Revenue from Burning Man event $42.8 million, up over $5 million from 2016
Annual Surplus (Revenue less Expenses): $3,733,876
Donations received almost $1 million
salaries (including contractors) increased $2.1 million
Cash and receivables: $11.75 million, up from $9.5 million in 2016
Total assets: $27.8 million
Sales of inventory was $1,605,516. That’s a lot of ice and coffee. Ice cost $596,177.
Medical expenses were $649,000.
Their stock donation program seems to be working, with a donation of $26,517 in marketable securities.
Most of the key personnel got pay rises in 2017, though some went down:
Overall payroll including contractors is $18,703,754 = 42% of revenues.
Grants as a % of revenues = 3.8% . Note this includes the cost of building The Man, the base structure, and partial funding of Playa art projects including the Temple.
The list of grant recipients contains many familiar names.
Burners Without Borders made 4 grants, totalling $4,900. [* this is for grants outside the US and has been disputed by BWB director Breedlove. See comments. I have asked him to provide the correct information, I will add it to the post – Ed.]
The annual Artumnal gathering took in $629,404 in 2017. About $100,000 of this went to pay for the use of the facility:
This is a substantial increase on 2016:
A huge thank you to A Balanced Perspective, DS and Anonymous Burner for their contributions and thoughts.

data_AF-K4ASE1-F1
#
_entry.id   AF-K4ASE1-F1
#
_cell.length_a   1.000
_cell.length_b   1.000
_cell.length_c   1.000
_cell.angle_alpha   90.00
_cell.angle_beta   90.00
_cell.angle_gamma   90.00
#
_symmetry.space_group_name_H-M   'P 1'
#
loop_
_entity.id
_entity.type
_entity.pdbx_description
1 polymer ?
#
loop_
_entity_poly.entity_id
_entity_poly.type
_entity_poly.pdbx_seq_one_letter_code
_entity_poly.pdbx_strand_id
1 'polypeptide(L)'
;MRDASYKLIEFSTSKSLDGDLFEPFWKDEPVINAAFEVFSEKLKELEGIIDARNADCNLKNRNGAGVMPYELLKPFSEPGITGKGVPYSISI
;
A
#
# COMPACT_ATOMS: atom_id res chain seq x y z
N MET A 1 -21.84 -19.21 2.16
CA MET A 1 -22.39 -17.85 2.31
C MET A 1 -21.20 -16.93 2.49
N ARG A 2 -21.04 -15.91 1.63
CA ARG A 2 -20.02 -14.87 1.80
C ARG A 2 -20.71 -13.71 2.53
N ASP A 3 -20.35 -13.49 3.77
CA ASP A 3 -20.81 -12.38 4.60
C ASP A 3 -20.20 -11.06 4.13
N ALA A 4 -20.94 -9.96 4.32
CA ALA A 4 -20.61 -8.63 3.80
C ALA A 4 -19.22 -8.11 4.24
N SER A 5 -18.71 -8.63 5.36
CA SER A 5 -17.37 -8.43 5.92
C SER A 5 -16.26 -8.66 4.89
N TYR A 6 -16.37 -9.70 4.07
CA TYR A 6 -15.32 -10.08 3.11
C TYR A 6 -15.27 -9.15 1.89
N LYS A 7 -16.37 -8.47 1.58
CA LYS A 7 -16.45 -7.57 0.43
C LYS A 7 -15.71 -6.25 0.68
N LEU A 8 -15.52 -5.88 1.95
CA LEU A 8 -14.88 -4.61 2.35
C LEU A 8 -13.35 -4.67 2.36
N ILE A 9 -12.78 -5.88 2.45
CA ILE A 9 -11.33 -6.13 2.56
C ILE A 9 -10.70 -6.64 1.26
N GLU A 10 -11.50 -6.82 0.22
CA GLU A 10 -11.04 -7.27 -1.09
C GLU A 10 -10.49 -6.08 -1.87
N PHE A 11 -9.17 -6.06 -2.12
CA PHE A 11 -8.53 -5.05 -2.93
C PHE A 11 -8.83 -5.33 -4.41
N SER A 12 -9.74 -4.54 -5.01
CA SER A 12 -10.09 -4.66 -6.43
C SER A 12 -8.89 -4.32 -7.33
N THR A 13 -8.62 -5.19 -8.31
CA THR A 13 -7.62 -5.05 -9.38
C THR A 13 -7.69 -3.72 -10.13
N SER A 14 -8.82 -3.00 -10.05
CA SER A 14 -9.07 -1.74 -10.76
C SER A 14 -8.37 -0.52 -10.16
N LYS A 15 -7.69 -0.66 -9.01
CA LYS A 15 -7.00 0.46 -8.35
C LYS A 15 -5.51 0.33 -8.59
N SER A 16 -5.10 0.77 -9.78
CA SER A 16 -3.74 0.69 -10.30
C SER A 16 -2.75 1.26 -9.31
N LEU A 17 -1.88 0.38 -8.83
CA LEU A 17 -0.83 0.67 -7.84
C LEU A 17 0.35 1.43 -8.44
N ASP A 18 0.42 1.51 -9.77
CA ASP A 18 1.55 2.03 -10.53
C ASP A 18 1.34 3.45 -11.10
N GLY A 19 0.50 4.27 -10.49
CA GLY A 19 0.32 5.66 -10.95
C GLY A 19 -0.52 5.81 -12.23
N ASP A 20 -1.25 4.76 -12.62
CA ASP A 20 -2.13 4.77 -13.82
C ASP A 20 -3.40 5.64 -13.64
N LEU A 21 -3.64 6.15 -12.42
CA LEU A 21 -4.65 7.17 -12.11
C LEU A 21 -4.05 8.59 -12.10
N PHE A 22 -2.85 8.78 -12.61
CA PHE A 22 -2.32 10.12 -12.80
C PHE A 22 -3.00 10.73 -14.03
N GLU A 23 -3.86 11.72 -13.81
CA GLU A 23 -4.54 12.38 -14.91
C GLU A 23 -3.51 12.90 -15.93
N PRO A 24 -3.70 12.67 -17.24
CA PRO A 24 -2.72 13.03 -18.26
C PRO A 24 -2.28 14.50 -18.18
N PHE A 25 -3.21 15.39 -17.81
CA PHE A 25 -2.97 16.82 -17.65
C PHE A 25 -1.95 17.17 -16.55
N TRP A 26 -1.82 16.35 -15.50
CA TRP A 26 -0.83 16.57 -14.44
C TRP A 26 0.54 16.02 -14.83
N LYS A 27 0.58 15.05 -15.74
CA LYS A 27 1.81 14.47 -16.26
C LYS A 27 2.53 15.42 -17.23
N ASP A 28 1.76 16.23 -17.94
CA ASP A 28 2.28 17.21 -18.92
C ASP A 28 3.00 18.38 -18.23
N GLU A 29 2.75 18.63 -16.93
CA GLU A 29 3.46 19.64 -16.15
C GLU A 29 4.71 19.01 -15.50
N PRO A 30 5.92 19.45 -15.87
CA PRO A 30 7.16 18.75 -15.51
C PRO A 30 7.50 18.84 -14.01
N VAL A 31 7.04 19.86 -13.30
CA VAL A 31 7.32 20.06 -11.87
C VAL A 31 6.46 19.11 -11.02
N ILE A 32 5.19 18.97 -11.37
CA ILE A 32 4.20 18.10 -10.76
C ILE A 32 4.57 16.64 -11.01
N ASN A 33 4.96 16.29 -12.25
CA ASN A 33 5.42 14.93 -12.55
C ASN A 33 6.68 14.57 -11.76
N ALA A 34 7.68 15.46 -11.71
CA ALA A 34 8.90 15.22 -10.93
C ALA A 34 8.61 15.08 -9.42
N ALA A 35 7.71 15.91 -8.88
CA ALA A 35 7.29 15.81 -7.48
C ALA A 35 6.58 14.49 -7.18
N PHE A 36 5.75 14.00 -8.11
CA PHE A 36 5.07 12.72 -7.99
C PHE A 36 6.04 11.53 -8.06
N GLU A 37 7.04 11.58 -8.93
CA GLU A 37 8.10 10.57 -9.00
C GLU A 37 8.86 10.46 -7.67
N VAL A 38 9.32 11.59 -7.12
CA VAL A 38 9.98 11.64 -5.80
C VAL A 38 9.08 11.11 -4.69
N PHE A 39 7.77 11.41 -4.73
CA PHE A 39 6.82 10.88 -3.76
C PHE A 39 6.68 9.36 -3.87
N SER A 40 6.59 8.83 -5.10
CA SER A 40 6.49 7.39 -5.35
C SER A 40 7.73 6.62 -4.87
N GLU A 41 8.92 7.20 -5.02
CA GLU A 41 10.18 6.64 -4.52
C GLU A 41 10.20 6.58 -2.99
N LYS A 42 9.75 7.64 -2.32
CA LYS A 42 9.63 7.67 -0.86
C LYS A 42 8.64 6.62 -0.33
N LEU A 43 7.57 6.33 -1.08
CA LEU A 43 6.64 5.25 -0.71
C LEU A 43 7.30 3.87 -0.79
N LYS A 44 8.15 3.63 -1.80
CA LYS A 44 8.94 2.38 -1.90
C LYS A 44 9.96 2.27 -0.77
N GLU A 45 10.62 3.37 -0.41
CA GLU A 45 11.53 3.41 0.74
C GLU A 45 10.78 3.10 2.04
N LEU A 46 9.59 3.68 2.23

Artists receive less than 2% of the budget (approx $800,000)
Regionals receive about 4% of the budget ($1,717,766)
About 9% of the budget gets piled up in the bank account as cash.
Anonymous Burner says:
The art funding is constantly presented as a central tenant of the event, but is actually getting funded like an afterthought. Artists are the face and the creativity of the core of the event, but have to carry their art on their own backs while others claim credit for making things so great for them
What does an organization trying to “make the world a better place” through art need with so much cash, into the tens of millions of dollars? Why do they spend such a tiny amount of the money given to them by Burners every year on art? Why do the ticket revenues increase 10% a year but the art budget seems to keep proportionally shrinking?
How can they justify spending $1 million a year on insurance without providing insurance for the 10,000 or so workers on site building the city, art installations and camps? Would it really kill their vision to make $3.5 million a year instead of $3.9 million, and look after their workers better?
Why does the main “charitable” organization have to spend more on the Regional Events than they give out on grants? It’s about double the art budget. Is the purpose of Burning Man to spread Burner culture around the world through art, or is it to expand their inefficient bureaucracy? Can’t the Regional events support themselves?
The number of paid participants according to calculations in the Pershing County Sheriff’s Office report was 69,493.
I filed a FOIA request to get the 2017 vendor list: 84 companies selling things other than ice and coffee.
DS has also been filing FOIA requests for information about Burning Man. He was able to get this heavily redacted information for 2017, the calculations used to pay the Bureau of Land Management’s 3% fee.
Why the need for such secrecy?
The bulk of the $4,349,723 in Permits, Taxes and Fees appears to be the 9% Nevada Live Entertainment Tax. [* see comments – Ed.]
One of the interesting things in the 990 is the listing of “related entities”. It includes Decommodification LLC, but the share of end of year assets is $0.